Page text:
This wedding day at Kortright Centre for Conservation in Woodbridge was filled with manifestations of happiness from the morning when we documented the branding and preparation, to the first look, followed by the outdoor ceremony in the forest and continued throughout the day.
In case you don't know, marriage photos belong to various styles depending on the artist's approach in documenting the big day.
In the past, due to technological limitations, the images were very posed and constitute what is known today as traditional photography. Few people know that in the past it could take a photographer a few minutes to expose the image so the couple's were forced to hold the pose for a few minutes. I have read stories of machines immobilizing the bride and groom's necks and bodies for the sole purpose of creating a sharp image.
Of course those days are gone but the tradition towards photo journalism took a while. Only these days, with the advent of digital cameras that can shoot in low light the artist can adopt a hands-off approach to document the special event.
One of the main skills of the photo journalist is the speed of reaction and the capability of the artist to anticipate the moments unfolding in front of them. For some, that comes naturally while others take a lifetime to master it. For example I have the second shooter that often misses reactions despite the fact that people are laughing loudly. Unfortunately, this wedding photographer who shall remain unnamed, gets too involved on the special day. I used to do the same at the beginning of my career when I would laugh along when I was hearing the speeches and I was missing beautiful moments.
Fortunately, now I know better! While I listened to the speeches to anticipate the laughter's, I never get too close to the action so that they become a protagonist. I would rather document the wedding day then be one of the people who drive it.
An interesting phenomenon happened when I switched from zoom lenses to primes. Some lenses have a few advantages among which they allow you to catch moments even if you are farther from the action. However, I consider that a negative because it fosters lazy photographers. Of course, when you know that you're going to reach the subject through a twist of your hand your brain tends to sleep. On the other hand, the prime lenses are punishing and if you're not in the right spot at the right time you're going to miss important movements. God forbid you miss the first kiss, the ring exchange or other important moments during during the wedding ceremony.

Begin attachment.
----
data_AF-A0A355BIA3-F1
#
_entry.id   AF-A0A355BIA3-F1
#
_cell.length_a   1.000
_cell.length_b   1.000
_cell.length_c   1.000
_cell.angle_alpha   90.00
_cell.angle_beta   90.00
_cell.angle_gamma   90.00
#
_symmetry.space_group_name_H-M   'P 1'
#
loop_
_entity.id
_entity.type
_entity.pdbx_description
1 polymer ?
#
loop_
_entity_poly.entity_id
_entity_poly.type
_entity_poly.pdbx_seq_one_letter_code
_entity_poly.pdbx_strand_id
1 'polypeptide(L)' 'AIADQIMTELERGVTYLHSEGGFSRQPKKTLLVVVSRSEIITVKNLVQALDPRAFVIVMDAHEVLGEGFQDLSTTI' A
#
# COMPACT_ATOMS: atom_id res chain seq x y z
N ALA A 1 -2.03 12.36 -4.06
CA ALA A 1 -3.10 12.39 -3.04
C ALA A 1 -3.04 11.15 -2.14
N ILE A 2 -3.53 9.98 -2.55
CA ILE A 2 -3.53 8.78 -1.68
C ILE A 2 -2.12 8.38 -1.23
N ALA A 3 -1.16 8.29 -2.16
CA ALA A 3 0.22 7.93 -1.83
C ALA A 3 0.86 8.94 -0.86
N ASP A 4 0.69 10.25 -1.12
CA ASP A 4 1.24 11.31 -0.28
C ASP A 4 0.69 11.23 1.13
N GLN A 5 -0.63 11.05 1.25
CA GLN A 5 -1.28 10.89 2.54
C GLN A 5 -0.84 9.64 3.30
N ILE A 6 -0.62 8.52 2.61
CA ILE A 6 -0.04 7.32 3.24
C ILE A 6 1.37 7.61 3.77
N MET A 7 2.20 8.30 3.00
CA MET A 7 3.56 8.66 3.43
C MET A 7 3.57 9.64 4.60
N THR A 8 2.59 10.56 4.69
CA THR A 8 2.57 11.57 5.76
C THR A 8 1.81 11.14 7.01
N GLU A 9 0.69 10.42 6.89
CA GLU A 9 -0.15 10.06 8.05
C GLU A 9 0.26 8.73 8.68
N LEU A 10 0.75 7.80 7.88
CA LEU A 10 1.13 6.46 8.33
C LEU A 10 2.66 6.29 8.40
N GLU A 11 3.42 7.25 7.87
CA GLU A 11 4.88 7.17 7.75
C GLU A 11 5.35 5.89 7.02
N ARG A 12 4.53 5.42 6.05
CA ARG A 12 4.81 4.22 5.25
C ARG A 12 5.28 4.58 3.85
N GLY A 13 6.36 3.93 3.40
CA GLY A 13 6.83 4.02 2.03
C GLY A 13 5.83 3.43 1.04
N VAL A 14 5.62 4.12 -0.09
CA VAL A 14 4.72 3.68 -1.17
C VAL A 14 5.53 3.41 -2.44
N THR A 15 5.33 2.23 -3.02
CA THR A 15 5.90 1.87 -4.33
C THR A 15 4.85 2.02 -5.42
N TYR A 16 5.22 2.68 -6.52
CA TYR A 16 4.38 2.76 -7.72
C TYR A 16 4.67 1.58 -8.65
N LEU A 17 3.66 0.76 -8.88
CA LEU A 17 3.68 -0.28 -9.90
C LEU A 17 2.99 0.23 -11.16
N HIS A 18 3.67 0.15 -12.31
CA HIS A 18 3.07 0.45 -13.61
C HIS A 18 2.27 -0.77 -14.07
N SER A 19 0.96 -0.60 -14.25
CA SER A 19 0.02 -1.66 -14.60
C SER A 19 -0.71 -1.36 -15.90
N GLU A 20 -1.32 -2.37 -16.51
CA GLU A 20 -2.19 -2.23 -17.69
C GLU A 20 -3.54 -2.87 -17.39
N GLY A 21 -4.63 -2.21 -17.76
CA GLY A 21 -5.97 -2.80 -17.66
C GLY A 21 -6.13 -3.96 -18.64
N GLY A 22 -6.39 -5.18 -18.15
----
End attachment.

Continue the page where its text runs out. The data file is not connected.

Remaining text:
After getting burnt quite a few times, I became sharper in anticipating moments and now I can sense when there is one coming and I position myself in the right spot beating my second photographer and the videographers, not to mention the hobbyists photographers who are everywhere on a wedding day. This new superpower allows me to catch splendid moments such as the one in the picture below where the child is reacting to the bride and groom's kiss.
Photographing a high five is probably one of the most difficult skills to acquire as the event takes only a fraction of a second in this image proves the fact we are one of the best studios in the Greater Toronto Area.
Location: 9550 Pine Valley Dr, Woodbridge, ON L4L 1A6.